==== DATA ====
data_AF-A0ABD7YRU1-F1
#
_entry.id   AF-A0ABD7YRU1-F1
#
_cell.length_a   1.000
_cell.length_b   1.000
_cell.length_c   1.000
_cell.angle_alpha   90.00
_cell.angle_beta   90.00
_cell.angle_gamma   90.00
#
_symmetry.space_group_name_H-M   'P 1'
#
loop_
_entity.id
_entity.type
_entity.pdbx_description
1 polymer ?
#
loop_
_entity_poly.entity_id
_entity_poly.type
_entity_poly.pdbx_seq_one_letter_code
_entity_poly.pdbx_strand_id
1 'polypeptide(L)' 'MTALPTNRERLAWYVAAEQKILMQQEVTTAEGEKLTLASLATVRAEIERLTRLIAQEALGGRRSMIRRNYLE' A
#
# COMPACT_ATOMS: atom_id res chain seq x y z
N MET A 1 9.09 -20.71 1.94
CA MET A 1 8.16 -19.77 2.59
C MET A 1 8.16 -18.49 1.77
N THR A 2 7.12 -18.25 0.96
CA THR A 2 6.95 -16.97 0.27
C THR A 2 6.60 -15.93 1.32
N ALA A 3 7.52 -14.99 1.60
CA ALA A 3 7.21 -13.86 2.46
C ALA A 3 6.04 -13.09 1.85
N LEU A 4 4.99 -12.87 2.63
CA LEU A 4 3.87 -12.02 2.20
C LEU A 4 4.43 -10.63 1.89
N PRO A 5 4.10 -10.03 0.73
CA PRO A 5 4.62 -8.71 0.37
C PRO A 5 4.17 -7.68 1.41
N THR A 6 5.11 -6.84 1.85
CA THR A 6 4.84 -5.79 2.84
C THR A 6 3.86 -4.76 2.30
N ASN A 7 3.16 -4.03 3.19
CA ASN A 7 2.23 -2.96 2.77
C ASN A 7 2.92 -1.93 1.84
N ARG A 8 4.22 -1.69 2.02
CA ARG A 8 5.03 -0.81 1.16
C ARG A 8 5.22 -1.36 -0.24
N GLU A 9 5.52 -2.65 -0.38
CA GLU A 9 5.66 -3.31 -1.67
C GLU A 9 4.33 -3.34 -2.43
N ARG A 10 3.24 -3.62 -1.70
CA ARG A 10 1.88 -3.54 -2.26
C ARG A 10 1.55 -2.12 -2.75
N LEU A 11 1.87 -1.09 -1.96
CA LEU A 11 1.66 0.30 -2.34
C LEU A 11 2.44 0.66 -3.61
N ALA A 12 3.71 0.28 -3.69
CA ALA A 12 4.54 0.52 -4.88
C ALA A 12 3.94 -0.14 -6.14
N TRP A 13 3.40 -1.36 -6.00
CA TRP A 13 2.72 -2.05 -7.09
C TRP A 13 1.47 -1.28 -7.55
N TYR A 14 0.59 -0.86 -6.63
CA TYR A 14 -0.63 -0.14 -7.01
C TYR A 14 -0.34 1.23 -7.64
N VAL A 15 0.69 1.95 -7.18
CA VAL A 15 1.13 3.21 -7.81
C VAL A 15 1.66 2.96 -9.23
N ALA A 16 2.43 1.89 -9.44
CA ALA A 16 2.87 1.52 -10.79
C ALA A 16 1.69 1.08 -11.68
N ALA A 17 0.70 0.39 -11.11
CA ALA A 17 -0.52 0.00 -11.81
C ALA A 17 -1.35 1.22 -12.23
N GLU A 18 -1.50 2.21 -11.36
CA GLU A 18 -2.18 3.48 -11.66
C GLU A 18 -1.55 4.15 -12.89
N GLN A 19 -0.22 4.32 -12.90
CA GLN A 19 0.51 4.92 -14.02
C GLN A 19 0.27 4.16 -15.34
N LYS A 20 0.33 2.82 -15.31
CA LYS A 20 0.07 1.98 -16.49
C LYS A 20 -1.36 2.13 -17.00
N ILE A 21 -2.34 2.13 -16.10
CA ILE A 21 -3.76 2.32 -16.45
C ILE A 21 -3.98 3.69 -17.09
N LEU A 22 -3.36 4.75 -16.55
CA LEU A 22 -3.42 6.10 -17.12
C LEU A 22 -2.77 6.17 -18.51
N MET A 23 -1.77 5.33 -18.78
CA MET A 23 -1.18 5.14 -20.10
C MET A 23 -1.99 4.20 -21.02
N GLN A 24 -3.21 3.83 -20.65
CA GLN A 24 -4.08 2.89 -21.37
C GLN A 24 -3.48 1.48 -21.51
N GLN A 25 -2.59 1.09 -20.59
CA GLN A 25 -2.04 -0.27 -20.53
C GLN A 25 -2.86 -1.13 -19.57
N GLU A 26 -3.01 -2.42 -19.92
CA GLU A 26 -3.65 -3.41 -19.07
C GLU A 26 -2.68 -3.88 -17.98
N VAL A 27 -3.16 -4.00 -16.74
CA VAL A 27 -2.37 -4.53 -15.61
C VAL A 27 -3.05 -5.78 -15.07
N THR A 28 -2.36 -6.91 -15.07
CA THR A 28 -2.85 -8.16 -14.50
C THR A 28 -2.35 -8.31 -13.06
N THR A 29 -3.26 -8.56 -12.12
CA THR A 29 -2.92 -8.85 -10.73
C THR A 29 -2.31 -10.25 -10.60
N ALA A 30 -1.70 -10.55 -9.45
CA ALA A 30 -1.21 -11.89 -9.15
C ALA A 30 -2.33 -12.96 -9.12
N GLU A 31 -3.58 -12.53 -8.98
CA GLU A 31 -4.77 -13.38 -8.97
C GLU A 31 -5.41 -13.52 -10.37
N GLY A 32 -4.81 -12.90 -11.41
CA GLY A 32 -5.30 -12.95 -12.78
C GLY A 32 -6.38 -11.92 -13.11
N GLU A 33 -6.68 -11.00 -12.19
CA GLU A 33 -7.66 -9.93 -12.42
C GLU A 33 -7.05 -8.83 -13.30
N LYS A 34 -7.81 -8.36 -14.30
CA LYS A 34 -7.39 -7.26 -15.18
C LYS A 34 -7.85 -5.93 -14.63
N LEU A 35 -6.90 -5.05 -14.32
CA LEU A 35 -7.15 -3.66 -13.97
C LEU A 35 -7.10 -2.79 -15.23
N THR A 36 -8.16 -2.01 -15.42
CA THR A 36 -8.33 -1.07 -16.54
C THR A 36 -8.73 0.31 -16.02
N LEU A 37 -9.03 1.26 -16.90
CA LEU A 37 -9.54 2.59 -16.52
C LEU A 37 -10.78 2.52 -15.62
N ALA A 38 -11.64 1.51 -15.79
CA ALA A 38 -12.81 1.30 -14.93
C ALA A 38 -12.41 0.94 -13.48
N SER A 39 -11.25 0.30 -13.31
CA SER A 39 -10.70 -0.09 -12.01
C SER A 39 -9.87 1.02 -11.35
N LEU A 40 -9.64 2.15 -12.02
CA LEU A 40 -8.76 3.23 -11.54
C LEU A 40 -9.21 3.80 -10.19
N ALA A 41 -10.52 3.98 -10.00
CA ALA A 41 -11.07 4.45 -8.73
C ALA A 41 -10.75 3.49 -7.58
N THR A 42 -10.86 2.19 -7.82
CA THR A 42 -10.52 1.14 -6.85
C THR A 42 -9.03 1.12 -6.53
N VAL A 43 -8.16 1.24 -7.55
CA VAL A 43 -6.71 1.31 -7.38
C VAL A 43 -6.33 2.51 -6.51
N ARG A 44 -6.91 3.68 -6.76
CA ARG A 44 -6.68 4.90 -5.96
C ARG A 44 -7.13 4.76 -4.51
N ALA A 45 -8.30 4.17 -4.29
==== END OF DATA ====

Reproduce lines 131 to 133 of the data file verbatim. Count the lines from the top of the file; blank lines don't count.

CA LEU A 35 -7.15 -3.66 -13.97
C LEU A 35 -7.10 -2.79 -15.23
N THR A 36 -8.16 -2.01 -15.42